Both written notes and recorded information must be compared to the positional requirements. This ensures that each player for each position is compared using the same criteria.

Selectors should watch players independently. This is to ensure they don’t fall into the trap of supporting each other’s point of view.

A major difficulty when selecting is reducing the number of players being watched so each can be watched for some time. The categorization of players into the “in”, “out” and “unsure” groups achieve this. It enables selectors to concentrate on a limited number. This is a worthwhile method, however problems arise when players take part in trials.

Prior to the naming of trial teams a considerable amount of work will have to be done gathering information on players. In a trial, comparisons can be made between two players competing for the same position. The difficulty is that there are 15 positions, all of which may have to be observed. Clearly this is impossible to do thoroughly. This can be helped by playing against an opposing team that is not in contention for selection. It reduces the number of players to be watched by half, but it is difficult to make comparisons.

At representative level and above, the problem may be solved by increasing the number of selectors for the trials only. The most obvious way would be to have a selector for each position. This would involve eleven selectors. Where there are two players playing in a position there will still be time enough to watch each player for at least 10 minutes. This frees the official selection panel to watch individual players, as they will know that there are selectors covering all positions.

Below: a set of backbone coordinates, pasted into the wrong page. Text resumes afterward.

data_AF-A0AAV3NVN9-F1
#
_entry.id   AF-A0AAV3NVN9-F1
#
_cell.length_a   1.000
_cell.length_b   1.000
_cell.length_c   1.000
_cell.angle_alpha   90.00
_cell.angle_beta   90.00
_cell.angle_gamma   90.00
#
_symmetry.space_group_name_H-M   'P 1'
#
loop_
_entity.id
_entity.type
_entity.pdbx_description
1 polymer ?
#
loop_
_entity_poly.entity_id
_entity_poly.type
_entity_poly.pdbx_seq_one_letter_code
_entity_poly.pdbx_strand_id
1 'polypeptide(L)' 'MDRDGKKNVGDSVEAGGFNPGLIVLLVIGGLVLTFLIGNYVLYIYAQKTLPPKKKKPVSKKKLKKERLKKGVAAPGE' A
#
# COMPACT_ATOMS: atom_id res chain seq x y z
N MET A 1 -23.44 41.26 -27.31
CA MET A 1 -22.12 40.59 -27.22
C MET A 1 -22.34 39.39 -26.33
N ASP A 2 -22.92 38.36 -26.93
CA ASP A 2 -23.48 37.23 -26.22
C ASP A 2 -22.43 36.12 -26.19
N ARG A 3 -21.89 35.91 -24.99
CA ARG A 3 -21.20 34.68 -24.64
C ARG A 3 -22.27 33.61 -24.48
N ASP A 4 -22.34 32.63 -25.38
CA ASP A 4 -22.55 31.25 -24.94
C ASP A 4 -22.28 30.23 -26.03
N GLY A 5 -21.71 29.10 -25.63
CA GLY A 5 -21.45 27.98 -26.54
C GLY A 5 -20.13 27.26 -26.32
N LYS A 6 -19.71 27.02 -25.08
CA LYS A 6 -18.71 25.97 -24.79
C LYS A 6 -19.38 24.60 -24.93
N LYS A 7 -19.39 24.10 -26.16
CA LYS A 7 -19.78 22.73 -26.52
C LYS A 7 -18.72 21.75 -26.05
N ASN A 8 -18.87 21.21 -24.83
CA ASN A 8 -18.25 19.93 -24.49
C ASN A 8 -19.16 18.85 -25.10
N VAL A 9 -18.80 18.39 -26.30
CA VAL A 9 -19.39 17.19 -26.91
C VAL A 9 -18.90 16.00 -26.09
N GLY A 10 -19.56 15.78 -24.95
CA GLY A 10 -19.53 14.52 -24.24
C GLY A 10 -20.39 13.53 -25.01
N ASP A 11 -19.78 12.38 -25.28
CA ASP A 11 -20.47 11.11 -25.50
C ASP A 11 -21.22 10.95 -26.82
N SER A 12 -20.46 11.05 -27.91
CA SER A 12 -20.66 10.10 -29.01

For this to work successfully, the positional selectors have to be briefed in detail about the positional requirements. Once the trial is over a debriefing of the whole group should take place before the official panel is left to make their final selection.

This system works well so long as the positional selectors are well chosen, understand what is required and are disciplined to watch the players rather than the match. When this is first done, all positional selectors may not be able to meet these criteria. However, at each successive trial the standard will improve as they become familiar with what is required. Changes may have to be made before someone who is good at positional selecting is found.


Step Five – Analysis of Players

Once again the standardization of a process must be used to analyze players by way of a player analysis form that covers all criteria for that position.

This will facilitate the ranking of players.

It is very important that the information is accurate as, if it is not, all the remaining steps will be flawed.

The players will therefore be judged by what is needed to be successful.

The player profile forms should be regularly updated. They can be used to follow the player’s progress during the season.

The ranking gives the selectors a “pecking order” should first choices be injured or if more than one team has to be selected from the same pool of players.

The Player Profile form should be dated so that comparisons can be made with profiles at various times during a player’s career. The form can also be the basis of an interview with a player when discussing the players training programme.